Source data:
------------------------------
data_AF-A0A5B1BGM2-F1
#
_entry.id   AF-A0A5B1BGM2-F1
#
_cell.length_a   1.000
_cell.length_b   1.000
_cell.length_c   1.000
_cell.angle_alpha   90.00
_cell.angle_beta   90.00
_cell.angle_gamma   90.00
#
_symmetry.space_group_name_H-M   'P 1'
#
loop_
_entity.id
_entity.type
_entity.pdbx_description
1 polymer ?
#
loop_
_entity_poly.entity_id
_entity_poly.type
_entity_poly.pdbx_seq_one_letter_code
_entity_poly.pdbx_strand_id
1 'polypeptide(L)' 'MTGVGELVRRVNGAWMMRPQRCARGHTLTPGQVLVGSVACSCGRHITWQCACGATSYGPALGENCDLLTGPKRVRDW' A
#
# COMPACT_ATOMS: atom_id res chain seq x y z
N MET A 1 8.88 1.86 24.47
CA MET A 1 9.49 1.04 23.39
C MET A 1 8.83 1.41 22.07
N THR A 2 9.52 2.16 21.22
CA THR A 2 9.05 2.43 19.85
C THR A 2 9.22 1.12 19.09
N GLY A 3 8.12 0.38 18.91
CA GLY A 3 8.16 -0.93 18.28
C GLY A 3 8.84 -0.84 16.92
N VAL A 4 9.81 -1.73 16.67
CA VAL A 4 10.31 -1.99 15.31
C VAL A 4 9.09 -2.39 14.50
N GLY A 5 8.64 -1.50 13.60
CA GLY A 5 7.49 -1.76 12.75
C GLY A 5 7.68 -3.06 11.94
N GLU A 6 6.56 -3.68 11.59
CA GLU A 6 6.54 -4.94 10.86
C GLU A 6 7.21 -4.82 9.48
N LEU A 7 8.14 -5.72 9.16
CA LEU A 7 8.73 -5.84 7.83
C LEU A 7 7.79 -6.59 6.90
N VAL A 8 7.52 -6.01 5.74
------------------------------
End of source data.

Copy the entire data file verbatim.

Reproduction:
data_AF-A0A5B1BGM2-F1
#
_entry.id   AF-A0A5B1BGM2-F1
#
_cell.length_a   1.000
_cell.length_b   1.000
_cell.length_c   1.000
_cell.angle_alpha   90.00
_cell.angle_beta   90.00
_cell.angle_gamma   90.00
#
_symmetry.space_group_name_H-M   'P 1'
#
loop_
_entity.id
_entity.type
_entity.pdbx_description
1 polymer ?
#
loop_
_entity_poly.entity_id
_entity_poly.type
_entity_poly.pdbx_seq_one_letter_code
_entity_poly.pdbx_strand_id
1 'polypeptide(L)' 'MTGVGELVRRVNGAWMMRPQRCARGHTLTPGQVLVGSVACSCGRHITWQCACGATSYGPALGENCDLLTGPKRVRDW' A
#
# COMPACT_ATOMS: atom_id res chain seq x y z
N MET A 1 8.88 1.86 24.47
CA MET A 1 9.49 1.04 23.39
C MET A 1 8.83 1.41 22.07
N THR A 2 9.52 2.16 21.22
CA THR A 2 9.05 2.43 19.85
C THR A 2 9.22 1.12 19.09
N GLY A 3 8.12 0.38 18.91
CA GLY A 3 8.16 -0.93 18.28
C GLY A 3 8.84 -0.84 16.92
N VAL A 4 9.81 -1.73 16.67
CA VAL A 4 10.31 -1.99 15.31
C VAL A 4 9.09 -2.39 14.50
N GLY A 5 8.64 -1.50 13.60
CA GLY A 5 7.49 -1.76 12.75
C GLY A 5 7.68 -3.06 11.94
N GLU A 6 6.56 -3.68 11.59
CA GLU A 6 6.54 -4.94 10.86
C GLU A 6 7.21 -4.82 9.48
N LEU A 7 8.14 -5.72 9.16
CA LEU A 7 8.73 -5.84 7.83
C LEU A 7 7.79 -6.59 6.90
N VAL A 8 7.52 -6.01 5.74